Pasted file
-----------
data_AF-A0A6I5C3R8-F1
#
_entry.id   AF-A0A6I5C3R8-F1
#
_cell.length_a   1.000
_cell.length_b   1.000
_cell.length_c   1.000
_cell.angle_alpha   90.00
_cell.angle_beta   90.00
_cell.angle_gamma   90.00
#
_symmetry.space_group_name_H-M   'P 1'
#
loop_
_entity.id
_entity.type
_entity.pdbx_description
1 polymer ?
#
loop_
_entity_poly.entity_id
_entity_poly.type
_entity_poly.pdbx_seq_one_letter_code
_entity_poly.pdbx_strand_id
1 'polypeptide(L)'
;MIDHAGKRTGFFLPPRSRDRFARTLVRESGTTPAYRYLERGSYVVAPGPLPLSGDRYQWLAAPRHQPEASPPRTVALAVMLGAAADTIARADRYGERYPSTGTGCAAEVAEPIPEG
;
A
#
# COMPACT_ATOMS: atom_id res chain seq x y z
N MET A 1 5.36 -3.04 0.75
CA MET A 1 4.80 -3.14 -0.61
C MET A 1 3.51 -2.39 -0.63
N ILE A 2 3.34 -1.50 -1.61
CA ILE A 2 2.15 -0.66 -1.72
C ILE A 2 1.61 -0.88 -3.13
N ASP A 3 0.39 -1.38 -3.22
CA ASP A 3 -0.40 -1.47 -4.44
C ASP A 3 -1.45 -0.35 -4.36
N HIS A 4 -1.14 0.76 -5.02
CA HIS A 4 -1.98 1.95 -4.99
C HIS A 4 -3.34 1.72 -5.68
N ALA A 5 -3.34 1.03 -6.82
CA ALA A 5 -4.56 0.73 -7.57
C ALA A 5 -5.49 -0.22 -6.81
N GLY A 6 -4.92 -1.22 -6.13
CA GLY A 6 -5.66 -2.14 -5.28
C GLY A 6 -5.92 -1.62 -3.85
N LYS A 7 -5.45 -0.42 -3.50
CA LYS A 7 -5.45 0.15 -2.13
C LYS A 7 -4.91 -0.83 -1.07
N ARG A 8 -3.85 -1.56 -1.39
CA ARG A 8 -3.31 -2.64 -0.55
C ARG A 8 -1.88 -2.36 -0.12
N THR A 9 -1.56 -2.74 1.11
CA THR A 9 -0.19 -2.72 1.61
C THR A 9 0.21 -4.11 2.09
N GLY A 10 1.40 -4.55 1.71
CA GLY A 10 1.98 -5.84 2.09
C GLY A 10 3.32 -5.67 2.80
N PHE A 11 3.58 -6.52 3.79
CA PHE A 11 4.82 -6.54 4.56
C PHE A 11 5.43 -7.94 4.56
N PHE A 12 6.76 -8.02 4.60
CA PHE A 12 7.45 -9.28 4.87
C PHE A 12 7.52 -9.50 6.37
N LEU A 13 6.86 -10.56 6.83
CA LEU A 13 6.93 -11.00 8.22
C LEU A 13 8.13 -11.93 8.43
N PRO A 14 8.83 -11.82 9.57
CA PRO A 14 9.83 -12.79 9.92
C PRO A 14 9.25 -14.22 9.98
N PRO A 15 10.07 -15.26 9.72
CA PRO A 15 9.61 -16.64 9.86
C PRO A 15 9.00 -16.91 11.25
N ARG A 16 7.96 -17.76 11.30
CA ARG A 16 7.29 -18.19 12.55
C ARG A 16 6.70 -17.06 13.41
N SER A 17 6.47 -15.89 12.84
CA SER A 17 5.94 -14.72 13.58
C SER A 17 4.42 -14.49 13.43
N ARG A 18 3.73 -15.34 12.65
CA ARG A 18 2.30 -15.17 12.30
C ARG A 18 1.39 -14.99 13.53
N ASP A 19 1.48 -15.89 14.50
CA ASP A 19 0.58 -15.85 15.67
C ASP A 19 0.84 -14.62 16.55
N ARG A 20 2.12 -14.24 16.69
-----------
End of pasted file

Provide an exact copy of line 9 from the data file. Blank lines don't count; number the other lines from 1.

_cell.angle_beta   90.00